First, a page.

In the wake of the Democratic congressional victories, Sen. John Kerry, D-Mass. -- perhaps more than any other Democrat -- heaved a sigh of relief.
Speaking to students at California's Pasadena City College on Oct. 30, 2006, the former presidential candidate said, "You know, education, if you make the most of it, if you study hard and you do your homework, and you make an effort to be smart, you can do well. If you don't, you get stuck in Iraq."
As for the number of those offended, let us count the ways.
A straightforward reading of his remarks makes it pretty clear that John Kerry considers people in the military stupid, devoid of other options. Kerry attempted to dismiss the remark by calling it a "botched joke," an attempt to take a swipe at President Bush. You know, President Bush equals stupid, equals improperly analyzing the situation in Iraq, equals the U.S. getting "stuck" in Iraq.
Question: As between Bush and Kerry, which one actually made better grades in college? Answer: They both attended Yale as undergraduates, with Bush's GPA at 77 to Kerry's 76. Kerry received four D's in his freshman year, in geology, two history classes and political science.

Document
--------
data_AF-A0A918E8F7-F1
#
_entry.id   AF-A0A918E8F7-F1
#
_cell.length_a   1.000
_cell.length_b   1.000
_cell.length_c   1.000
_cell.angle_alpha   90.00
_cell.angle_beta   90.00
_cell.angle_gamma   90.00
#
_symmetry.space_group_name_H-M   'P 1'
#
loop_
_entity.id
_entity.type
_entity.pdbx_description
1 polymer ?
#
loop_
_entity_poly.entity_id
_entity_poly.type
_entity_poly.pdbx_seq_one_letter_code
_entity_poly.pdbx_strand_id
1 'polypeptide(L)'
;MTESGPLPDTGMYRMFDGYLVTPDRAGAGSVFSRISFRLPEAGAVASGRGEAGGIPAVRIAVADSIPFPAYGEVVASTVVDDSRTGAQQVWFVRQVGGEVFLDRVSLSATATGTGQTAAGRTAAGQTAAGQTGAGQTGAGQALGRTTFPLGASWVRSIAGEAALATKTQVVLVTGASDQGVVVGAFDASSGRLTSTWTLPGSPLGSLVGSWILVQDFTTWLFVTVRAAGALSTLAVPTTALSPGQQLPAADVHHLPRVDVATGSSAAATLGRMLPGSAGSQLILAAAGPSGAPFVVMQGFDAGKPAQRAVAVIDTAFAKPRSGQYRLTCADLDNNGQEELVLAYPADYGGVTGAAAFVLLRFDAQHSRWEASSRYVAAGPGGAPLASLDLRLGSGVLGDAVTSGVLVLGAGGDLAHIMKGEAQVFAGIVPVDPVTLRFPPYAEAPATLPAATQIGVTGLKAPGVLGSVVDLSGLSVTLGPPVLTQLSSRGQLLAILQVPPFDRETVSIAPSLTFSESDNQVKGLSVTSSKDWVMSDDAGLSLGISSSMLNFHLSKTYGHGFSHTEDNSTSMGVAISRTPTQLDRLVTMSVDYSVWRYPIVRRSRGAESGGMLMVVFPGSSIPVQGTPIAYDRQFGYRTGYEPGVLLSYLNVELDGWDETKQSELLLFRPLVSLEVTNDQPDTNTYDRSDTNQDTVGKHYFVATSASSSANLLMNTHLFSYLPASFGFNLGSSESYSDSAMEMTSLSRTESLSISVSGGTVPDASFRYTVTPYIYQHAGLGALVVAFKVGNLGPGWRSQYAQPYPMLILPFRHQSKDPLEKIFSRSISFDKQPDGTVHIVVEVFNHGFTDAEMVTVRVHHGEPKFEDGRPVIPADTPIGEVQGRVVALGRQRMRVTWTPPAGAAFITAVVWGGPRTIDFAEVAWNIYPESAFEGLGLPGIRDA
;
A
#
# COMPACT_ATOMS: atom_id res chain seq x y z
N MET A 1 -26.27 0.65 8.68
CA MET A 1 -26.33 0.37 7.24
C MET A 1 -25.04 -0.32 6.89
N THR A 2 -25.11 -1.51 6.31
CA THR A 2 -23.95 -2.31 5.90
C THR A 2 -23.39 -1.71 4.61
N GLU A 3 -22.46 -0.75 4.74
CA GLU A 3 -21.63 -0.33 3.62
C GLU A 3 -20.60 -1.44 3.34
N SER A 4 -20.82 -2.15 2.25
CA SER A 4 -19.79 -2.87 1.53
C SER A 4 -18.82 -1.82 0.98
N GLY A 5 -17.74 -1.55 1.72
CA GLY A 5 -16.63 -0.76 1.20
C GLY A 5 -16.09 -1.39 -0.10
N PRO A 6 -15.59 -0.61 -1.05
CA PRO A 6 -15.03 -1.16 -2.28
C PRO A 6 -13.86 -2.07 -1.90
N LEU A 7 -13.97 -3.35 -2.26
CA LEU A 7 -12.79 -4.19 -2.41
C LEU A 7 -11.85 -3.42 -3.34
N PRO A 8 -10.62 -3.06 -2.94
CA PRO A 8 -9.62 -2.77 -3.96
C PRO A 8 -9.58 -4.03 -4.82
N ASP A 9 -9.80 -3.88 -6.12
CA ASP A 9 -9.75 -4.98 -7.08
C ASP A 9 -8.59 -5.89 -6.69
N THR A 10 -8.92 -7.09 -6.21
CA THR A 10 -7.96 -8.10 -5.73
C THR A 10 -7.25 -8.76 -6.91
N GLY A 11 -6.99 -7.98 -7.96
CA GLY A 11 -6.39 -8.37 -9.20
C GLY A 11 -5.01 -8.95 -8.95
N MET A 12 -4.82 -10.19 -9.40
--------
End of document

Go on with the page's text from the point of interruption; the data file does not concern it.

What about Kerry's assertion that, in effect, called today's military enlistees dumb? The facts do not support Kerry's slam. Today's average recruit is more likely to have graduated from high school than a non-recruit. Many officers have graduate degrees.
Bill Carr, acting deputy under secretary for military personnel policy, said in December 2005 that more than 90 percent of recruits have a high school diploma, compared to 75 percent of civilian youth. And on aptitude tests, says Carr, today's recruit scores much higher average aptitudes than do non-recruit youths. The Armed Services Vocational Aptitude Battery test is designed so that the average young person scores at 50 percent. Yet in fiscal 2005, 67 percent of recruits scored above the 60th percentile on that test.
The "Today" show's Matt Lauer attempted to help the senator. After all, said Lauer, surely Kerry, a vet, did not intend to demean the military. Over at ABC, Charlie Gibson, too, offered up that damage-control opinion. But when it comes to demeaning the military, however, Kerry is a serial offender. Last year, he accused soldiers in Iraq of " . . . going into the homes of Iraqis in the dead of night, terrorizing women and children. . . . "
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